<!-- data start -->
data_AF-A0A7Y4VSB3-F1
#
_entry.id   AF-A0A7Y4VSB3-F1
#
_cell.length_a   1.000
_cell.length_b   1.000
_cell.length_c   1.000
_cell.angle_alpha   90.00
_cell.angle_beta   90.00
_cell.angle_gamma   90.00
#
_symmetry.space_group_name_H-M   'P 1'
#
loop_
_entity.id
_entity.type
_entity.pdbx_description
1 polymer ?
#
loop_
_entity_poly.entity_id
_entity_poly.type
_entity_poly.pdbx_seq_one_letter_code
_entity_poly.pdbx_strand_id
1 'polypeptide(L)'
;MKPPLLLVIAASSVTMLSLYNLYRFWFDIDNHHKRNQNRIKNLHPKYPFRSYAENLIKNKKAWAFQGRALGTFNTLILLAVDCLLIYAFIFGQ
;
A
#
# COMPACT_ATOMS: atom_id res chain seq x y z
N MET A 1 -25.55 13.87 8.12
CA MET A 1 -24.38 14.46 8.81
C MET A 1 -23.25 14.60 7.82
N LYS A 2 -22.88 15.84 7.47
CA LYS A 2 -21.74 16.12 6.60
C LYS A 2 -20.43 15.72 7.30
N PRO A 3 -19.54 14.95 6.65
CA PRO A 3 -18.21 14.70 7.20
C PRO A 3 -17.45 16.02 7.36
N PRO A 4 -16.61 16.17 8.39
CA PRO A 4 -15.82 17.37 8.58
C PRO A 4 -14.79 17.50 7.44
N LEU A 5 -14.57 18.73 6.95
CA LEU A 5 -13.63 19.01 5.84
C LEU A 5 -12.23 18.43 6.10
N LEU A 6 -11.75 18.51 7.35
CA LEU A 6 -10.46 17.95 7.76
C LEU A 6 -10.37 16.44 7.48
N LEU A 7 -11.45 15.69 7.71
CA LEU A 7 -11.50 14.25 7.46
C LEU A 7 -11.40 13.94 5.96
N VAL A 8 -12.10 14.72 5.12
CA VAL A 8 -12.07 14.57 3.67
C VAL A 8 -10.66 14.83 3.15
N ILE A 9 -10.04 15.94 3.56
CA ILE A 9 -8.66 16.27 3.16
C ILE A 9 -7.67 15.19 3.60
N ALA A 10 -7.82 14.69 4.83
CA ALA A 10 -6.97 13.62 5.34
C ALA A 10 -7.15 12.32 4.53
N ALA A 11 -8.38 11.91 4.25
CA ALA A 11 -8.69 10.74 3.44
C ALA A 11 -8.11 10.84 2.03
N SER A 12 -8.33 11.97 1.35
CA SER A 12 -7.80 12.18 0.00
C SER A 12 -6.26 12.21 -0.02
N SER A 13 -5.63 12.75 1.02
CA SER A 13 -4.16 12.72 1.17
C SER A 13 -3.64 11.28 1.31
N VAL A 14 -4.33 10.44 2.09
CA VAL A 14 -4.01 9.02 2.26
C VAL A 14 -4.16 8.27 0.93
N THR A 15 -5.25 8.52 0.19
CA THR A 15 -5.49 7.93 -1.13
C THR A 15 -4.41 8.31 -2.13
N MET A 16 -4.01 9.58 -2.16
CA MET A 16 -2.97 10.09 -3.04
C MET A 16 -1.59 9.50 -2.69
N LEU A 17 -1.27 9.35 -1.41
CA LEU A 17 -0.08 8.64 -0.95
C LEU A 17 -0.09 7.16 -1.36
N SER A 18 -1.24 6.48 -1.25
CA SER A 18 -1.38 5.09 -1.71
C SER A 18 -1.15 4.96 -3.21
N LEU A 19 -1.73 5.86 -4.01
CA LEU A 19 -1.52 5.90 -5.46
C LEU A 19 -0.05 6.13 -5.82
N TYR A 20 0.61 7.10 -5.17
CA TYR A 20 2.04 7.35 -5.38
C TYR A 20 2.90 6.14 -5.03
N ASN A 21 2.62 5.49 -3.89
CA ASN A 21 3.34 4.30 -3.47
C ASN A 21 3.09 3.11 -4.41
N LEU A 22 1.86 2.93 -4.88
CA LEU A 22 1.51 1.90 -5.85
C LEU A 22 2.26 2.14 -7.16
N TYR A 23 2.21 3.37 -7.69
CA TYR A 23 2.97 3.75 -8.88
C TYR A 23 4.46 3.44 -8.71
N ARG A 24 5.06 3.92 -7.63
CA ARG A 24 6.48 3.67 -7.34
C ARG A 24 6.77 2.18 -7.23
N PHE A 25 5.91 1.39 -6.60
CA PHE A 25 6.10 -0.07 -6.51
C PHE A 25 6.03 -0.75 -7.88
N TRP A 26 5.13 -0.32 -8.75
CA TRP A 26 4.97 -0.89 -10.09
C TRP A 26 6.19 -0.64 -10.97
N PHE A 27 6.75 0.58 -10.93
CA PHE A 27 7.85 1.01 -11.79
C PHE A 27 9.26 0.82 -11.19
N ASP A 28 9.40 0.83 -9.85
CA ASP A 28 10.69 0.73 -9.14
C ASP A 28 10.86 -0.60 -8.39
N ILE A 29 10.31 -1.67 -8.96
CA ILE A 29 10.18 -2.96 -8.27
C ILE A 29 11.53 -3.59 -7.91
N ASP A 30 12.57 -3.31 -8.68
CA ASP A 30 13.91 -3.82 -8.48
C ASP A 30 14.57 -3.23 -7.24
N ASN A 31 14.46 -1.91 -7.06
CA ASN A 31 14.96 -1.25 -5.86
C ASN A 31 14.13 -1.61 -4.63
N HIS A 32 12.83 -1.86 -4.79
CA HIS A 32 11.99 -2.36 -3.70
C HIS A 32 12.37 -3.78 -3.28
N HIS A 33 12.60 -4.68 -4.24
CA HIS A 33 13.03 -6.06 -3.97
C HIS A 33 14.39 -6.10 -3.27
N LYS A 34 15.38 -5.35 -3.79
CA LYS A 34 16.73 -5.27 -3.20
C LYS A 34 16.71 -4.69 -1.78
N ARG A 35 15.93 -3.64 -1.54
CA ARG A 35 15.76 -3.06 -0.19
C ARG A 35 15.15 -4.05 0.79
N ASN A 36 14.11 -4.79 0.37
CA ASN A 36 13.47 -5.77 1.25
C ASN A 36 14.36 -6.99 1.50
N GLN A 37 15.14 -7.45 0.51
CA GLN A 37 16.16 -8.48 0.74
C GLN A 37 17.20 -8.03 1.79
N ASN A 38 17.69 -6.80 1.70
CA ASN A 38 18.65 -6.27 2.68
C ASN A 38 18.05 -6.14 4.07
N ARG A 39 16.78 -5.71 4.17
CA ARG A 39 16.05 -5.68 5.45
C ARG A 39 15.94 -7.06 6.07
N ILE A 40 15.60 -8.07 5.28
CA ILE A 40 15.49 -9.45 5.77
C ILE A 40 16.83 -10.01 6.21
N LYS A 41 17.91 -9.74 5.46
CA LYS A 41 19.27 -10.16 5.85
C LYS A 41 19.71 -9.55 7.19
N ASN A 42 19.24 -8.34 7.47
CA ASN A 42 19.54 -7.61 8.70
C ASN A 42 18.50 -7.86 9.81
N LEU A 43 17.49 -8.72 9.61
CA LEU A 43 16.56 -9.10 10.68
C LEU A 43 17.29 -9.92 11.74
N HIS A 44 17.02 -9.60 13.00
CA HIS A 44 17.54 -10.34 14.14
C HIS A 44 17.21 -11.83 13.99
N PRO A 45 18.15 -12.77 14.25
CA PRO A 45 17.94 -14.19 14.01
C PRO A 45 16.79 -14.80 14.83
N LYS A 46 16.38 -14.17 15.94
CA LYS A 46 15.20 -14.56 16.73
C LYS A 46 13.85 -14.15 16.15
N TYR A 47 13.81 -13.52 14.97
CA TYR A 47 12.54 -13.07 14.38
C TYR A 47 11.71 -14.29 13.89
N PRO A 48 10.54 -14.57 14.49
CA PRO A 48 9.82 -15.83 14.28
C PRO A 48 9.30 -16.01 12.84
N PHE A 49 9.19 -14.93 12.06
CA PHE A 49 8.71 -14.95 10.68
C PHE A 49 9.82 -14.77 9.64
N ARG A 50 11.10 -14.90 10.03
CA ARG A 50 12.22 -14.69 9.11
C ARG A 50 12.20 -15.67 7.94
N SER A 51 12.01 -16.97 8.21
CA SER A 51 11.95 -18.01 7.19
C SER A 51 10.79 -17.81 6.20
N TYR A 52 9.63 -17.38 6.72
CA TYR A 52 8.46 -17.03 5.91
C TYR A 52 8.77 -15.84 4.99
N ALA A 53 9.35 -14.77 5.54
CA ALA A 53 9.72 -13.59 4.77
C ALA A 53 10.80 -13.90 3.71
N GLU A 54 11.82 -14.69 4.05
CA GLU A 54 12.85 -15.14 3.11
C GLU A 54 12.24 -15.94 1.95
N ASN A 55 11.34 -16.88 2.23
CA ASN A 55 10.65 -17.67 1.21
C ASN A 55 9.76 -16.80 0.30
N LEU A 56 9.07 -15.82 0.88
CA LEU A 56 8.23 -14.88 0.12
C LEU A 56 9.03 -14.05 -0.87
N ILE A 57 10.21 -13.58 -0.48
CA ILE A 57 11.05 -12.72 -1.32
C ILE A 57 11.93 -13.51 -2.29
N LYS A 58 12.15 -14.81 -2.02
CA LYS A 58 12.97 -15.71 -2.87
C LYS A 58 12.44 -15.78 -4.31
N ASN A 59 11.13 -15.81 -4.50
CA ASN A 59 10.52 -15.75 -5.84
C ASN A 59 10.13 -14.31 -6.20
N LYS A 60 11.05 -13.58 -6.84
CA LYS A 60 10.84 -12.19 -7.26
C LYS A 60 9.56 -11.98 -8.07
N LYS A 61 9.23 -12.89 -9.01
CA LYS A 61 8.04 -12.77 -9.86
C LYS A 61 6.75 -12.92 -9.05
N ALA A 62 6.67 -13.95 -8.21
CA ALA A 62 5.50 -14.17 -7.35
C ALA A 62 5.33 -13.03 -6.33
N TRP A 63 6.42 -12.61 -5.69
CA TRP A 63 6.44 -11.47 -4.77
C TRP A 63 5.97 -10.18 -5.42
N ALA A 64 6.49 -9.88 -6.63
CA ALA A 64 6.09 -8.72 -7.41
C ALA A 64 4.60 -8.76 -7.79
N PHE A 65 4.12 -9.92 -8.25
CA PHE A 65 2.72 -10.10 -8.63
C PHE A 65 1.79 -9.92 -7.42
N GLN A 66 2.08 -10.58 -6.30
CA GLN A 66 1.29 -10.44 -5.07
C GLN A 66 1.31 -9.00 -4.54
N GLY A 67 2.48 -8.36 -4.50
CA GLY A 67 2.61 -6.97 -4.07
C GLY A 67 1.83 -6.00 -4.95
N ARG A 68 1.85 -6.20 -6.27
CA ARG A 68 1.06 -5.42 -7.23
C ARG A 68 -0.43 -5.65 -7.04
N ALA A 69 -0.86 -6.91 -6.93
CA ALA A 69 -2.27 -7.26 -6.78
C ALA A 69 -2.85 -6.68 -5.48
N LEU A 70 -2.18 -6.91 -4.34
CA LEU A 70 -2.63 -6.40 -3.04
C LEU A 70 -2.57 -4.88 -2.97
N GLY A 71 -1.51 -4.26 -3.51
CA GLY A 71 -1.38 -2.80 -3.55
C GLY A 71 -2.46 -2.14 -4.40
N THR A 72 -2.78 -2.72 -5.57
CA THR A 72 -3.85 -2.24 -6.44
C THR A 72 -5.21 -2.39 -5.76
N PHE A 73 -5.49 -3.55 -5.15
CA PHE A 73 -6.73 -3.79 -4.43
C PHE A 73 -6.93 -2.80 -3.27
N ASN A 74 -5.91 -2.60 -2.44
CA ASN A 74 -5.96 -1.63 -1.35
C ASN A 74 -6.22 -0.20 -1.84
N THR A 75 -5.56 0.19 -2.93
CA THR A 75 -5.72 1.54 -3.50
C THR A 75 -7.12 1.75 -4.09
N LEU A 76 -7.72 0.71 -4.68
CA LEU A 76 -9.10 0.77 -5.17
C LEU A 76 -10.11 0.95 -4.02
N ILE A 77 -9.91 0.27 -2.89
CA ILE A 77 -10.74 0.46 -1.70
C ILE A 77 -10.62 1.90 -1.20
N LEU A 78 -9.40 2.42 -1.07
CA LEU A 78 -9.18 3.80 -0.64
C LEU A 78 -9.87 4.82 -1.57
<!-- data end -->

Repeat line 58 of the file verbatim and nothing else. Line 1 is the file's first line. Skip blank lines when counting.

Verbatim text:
N ALA A 10 -7.82 14.69 4.83